How a 500-year-old Indian temple became a shrine for H-1B visa hopefuls

Taking all the blessings.
Taking all the blessings.
Image: Getty Images/Noah Seelam
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Devotees believe a visit to a 500-year-old temple in India could be their ticket to America.

On any given day, hundreds of tech workers crowd into the Chilkur Balaji Temple in Hyderabad, one of India’s biggest IT hubs, to pray to the “Visa God.” Their wish? The coveted US H-1B visa, which goes to just 30% of applicants each year. Located an hour’s drive away from Hyderabad’s US consulate, hopefuls seek divine intervention for the visa after bagging a job in the US.

The ritual to pray for an H-1B includes pradakshina, the practice of circling around an image, relic, shrine, or other sacred objects. In this case, it’s the idol inside the temple. At Chilkur Balaji, petitioners must make 11 rounds of the shrine, representing the soul and the body. If their wish is granted, they’re meant to come back and complete 108 rounds as a sign of gratitude.

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A visa god is born

The idol the crowds are showing up to see is of Lord Balaji, an avatar of Vishnu, known as the preserver and protector of the universe in Hindu mythology.

The myth goes that a devotee who was too ill to make it to Andhra Pradesh’s famous Tirupati temple one year, discovered the swayambhu (self-manifested) idol of Lord Balaji in a jungle. The idol was then installed with the due rites and a temple built for it.

Chilkur Balaji
Chilkur Balaji.
Image: Rangareddy district

“From the style, structure, and appearance, it can be inferred that the temple was built half a millennium ago,” according to the Rangareddy district government, where the temple is situated.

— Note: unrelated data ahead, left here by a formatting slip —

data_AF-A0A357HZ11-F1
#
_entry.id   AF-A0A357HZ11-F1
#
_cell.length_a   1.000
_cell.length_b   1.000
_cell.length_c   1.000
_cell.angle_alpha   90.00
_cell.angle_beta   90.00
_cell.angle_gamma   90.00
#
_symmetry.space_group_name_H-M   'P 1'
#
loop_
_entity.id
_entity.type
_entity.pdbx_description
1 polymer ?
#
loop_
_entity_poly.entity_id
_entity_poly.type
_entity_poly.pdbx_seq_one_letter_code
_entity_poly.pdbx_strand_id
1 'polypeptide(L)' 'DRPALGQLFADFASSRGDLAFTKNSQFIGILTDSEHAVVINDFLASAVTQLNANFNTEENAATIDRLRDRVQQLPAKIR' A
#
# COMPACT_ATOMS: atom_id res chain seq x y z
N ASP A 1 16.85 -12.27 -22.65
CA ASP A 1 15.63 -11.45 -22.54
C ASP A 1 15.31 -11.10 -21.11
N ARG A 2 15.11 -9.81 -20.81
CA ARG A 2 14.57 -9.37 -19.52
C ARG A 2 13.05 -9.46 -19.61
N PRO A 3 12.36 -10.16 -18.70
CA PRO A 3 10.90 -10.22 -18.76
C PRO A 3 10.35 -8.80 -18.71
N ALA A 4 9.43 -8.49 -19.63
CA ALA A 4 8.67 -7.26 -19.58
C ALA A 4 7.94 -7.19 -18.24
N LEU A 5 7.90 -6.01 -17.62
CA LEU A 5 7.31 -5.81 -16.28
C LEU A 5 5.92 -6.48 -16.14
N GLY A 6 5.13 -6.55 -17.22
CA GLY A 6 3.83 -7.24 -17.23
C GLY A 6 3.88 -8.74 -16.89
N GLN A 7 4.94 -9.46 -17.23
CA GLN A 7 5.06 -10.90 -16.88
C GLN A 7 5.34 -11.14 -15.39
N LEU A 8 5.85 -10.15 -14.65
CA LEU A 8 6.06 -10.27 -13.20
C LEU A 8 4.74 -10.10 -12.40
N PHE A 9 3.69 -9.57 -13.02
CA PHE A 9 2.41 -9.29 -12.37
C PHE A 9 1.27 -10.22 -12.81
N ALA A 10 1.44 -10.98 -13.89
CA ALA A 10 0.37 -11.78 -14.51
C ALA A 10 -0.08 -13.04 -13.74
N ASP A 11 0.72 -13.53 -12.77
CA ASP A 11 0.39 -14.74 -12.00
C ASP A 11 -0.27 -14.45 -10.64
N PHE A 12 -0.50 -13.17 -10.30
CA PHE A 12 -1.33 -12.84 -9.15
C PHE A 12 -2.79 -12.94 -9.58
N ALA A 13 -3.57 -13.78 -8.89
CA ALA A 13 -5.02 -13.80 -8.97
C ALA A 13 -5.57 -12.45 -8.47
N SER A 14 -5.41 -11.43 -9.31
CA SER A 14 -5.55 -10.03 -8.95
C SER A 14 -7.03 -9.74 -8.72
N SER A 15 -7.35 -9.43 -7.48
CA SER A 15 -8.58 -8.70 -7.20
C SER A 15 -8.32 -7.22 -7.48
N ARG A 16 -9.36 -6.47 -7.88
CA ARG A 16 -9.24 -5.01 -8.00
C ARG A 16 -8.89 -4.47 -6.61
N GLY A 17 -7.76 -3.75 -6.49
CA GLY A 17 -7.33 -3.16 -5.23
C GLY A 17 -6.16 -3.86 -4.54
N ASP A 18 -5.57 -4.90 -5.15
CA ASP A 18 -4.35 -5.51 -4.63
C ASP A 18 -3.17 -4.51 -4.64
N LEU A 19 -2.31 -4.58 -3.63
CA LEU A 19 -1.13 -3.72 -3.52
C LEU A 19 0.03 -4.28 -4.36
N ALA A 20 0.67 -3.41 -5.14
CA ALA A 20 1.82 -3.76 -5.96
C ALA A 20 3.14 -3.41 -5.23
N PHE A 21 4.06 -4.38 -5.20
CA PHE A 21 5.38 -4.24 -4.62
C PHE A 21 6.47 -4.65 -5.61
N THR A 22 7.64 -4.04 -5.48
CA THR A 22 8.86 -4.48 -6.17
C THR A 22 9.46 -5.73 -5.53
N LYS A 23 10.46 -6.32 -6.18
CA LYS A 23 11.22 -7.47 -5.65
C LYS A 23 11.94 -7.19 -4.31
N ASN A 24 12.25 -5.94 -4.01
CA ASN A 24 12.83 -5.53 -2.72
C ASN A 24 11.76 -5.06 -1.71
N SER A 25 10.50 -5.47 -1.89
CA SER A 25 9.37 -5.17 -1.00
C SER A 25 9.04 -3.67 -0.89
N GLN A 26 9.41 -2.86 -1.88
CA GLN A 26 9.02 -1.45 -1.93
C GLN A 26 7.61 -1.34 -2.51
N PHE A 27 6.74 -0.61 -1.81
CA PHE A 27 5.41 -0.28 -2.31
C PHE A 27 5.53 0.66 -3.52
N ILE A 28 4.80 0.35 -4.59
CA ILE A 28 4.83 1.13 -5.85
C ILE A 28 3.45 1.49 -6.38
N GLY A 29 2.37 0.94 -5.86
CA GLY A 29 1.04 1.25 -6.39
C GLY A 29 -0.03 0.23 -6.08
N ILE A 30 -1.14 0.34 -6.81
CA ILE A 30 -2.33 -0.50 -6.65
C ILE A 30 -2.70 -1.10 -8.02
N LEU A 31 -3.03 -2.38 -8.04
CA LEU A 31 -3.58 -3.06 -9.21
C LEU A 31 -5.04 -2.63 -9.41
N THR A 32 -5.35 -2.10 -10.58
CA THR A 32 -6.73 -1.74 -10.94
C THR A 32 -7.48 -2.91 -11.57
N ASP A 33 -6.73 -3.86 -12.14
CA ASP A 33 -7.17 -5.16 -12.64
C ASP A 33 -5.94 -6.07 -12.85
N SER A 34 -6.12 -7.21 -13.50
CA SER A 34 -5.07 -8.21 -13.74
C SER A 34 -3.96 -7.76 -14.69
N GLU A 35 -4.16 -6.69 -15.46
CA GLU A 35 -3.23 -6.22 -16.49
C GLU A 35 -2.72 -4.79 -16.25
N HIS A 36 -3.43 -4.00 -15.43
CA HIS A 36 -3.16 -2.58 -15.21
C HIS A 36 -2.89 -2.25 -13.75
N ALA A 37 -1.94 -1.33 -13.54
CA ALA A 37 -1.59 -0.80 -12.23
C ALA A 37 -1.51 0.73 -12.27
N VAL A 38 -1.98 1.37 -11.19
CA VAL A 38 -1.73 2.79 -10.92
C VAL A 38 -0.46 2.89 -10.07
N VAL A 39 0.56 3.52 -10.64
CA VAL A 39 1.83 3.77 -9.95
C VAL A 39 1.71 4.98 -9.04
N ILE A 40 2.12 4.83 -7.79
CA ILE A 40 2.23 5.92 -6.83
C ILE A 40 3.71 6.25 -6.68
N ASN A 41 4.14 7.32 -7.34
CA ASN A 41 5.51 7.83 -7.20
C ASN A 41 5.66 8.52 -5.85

While its origin story dates back centuries, the temple’s reputation as a visa-wish-granting factory can be traced back to the 1980s, when a few students rejected by the US consulate in Chennai went on to secure visas after seeking blessings there.

Wishes granted

Typically, the temple draws between 75,000 and 100,000 devotees weekly. Its regular hours are from 5am to 8pm, seven days a week.

Indian Hindu devotees arrive to offer prayers to Lord Balaji, known as the ‘Visa God’.
Image: Getty Images/Noah Seelam

“After I came here, the very next day I got a call to submit my passport,” Arjun Majumdar, a systems analyst, told online publication Roads & Kingdoms in April 2017. His work visa to the US, which had been put on hold for more than three months due to a paperwork discrepancy, was approved within three days of his visit to Chilkur.

After Donald Trump took office, Indian H-1B visa hopefuls started getting rejected at a higher rate than in the past, and held up to tighter scrutiny. In February—just ahead of Trump’s first visit to India—devotees took extra rounds around the temple to pray for Trump to soften his stance around the H-1B norms.

“Every day many people visit with the hope to get a visa for working abroad. Hence it gets crowded sometimes,” an August 2018 traveller wrote on TripAdvisor.

Since keeping track of 108 rounds can get cumbersome, the temple gives devotees a sheet to track them. Visitors are asked to come well-nourished and hydrated—it can take over two hours to finish the rounds—and to keep their eyes open at all times to avoid tripping.

A Hindu devotee marks off the number of
A Hindu devotee marks off the number of circumambulations on a slip of paper as he makes his way around the Chilkur Balaji temple.
Image: Getty Images/Noah Seelam

The temple has hosted special prayer ceremonies to stop rupee depreciation in 2011, to avert the 2018 banking crisis involving Punjab National Bank, and most recently to curb coronavirus. Still, it’s best known as the home of the Visa God.

“It is now de rigueur to pray here before applying for admission,” an October 2018 visitor wrote. Some petitioners hand over their passports to the priest to lay them at the feet of the idol, according to another visitor in early 2019.

Indian Hindu devotee Angirekula Sreekanth poses for a photograph with a copy of his US visa and those of his relatives at the Chilkur Balaji Temple.
Image: Getty Images/Noah Seelam

It’s not just US visa aspirants who visit the temple. In July this year, amid the pandemic, a group of students with German visas wanted to show the Visa God their gratitude.

Since the coronavirus outbreak, the temple has closed its doors to devotees. So for now, petitioners must pray from home.